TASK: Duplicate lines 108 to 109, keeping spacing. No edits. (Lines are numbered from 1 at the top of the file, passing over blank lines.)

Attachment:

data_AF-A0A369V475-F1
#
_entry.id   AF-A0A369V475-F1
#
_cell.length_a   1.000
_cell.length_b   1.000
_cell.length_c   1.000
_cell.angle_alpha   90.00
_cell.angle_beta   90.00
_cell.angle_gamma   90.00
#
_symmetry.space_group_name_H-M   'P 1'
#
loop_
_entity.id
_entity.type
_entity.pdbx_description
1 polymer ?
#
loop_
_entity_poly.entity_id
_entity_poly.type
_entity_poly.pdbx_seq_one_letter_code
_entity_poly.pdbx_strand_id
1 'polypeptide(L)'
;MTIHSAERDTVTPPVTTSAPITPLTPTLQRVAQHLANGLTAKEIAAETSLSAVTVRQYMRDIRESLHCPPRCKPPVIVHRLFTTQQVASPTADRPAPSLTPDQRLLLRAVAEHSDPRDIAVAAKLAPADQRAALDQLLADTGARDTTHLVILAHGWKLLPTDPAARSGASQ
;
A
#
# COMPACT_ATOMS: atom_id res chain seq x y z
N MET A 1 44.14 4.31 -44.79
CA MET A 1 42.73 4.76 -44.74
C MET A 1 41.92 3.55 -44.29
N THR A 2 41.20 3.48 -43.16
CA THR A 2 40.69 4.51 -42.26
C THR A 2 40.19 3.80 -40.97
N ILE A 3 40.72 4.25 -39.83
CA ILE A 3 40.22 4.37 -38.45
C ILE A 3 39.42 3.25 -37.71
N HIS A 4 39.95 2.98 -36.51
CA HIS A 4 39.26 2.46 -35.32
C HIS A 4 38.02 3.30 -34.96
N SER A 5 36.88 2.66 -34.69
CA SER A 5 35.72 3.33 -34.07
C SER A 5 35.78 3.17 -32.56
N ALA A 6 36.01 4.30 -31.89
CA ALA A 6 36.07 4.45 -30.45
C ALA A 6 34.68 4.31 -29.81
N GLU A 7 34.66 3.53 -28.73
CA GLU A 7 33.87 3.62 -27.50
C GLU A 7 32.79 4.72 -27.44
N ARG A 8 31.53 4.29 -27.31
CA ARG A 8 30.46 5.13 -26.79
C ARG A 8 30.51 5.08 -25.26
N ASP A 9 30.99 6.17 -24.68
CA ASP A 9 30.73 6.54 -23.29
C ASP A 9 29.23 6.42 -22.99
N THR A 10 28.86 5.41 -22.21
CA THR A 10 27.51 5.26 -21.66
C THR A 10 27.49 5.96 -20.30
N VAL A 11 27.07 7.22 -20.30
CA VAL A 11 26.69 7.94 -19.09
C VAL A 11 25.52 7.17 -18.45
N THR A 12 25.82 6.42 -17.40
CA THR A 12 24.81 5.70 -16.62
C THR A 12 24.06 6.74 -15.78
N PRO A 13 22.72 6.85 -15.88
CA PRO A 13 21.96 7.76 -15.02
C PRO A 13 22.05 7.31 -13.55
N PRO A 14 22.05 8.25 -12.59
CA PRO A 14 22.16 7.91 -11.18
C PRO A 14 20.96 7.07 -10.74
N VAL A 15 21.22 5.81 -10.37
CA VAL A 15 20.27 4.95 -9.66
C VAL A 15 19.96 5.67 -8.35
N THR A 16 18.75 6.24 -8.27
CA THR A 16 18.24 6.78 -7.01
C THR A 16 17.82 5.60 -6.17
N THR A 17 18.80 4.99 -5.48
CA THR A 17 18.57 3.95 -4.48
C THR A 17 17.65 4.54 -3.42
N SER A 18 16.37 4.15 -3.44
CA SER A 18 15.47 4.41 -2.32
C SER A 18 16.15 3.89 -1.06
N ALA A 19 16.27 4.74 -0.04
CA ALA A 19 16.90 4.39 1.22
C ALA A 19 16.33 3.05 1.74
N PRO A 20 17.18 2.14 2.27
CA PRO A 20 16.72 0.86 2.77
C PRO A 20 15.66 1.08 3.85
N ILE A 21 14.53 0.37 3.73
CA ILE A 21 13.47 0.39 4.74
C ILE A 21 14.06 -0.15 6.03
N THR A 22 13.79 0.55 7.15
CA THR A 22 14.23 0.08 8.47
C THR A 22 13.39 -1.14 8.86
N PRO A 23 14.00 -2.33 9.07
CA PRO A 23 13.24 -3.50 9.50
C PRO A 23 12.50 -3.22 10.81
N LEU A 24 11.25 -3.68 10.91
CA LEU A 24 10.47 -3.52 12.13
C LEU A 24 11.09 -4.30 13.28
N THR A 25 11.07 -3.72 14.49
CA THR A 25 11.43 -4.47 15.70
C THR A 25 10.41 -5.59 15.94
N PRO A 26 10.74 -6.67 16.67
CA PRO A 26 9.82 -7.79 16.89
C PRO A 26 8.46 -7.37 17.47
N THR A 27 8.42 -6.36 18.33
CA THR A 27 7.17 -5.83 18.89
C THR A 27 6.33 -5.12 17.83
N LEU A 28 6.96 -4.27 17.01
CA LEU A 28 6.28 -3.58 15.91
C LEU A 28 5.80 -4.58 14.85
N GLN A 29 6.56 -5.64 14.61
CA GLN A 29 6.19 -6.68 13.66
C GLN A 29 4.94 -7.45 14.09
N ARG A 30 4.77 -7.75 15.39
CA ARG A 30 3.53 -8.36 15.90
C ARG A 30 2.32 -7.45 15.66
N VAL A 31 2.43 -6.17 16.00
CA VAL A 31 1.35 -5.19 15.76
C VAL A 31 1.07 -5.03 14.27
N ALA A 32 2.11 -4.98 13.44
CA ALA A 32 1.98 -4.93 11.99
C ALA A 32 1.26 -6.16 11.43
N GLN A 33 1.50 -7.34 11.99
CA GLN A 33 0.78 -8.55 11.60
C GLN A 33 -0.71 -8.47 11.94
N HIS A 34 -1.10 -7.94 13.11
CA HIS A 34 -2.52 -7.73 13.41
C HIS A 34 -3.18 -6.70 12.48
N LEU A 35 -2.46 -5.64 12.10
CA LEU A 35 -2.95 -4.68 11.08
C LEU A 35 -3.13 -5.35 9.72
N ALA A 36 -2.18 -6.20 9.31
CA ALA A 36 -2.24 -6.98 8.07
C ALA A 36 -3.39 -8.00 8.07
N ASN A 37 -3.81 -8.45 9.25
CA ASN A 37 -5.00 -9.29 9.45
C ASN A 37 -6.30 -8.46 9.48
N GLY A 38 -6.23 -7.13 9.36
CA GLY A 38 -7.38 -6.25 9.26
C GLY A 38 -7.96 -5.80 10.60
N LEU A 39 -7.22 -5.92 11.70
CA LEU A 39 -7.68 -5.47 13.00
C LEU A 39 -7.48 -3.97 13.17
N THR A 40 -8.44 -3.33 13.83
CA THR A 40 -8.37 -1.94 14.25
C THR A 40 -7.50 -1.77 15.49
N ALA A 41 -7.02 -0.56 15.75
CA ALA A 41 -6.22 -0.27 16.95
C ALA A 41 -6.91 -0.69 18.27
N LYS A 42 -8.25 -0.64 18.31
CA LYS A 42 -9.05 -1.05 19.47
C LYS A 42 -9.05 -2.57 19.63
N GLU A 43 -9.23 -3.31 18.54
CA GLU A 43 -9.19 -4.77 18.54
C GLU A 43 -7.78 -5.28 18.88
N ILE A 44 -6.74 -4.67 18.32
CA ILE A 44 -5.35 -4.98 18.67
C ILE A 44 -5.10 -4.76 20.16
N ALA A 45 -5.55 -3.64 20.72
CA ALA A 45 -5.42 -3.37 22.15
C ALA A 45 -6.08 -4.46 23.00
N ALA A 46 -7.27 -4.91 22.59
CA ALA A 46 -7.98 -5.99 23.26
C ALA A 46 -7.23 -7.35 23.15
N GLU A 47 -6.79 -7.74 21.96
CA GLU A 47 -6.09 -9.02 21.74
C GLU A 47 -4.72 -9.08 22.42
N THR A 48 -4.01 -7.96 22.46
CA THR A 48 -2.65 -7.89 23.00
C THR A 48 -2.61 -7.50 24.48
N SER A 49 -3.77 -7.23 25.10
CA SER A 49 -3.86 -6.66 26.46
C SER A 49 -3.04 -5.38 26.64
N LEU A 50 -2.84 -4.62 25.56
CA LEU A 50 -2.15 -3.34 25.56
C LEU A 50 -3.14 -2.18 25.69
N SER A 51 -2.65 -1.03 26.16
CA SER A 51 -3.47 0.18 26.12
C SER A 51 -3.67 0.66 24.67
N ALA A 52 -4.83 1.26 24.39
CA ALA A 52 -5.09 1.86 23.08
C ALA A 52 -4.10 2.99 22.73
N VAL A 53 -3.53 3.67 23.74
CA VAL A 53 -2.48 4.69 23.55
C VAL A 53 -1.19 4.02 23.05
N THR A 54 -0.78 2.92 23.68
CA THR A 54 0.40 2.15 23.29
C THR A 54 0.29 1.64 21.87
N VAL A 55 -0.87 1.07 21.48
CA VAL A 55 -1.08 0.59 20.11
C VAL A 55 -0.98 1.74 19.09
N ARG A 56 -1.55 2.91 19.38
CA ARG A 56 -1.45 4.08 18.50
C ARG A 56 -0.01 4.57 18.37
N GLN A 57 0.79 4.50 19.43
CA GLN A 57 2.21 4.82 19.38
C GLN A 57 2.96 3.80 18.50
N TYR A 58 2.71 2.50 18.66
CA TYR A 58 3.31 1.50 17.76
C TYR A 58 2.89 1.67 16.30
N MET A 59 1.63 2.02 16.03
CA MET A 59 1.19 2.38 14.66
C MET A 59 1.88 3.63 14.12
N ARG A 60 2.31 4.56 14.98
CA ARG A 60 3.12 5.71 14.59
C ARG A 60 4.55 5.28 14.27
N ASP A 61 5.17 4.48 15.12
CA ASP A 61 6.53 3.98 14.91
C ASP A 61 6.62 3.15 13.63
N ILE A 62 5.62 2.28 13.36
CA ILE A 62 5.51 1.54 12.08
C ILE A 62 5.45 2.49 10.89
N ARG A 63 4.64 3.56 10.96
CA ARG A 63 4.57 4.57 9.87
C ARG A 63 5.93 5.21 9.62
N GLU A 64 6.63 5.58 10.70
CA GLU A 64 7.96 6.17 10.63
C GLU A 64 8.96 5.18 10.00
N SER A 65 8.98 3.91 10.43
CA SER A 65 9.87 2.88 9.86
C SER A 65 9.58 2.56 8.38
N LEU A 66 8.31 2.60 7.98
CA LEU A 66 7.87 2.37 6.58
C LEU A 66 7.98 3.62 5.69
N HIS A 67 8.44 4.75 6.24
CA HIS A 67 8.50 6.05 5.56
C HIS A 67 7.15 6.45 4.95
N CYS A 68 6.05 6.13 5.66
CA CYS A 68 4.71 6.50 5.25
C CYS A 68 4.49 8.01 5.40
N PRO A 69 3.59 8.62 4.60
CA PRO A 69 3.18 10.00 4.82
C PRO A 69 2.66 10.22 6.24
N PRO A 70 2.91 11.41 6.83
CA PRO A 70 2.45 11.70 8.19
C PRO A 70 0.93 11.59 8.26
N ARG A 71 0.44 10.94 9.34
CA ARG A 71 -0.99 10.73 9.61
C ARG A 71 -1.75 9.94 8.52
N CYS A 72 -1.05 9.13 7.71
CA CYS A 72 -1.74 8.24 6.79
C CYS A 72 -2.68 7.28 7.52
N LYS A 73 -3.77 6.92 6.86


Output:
C PRO A 26 8.46 -7.37 17.47
N THR A 27 8.42 -6.36 18.33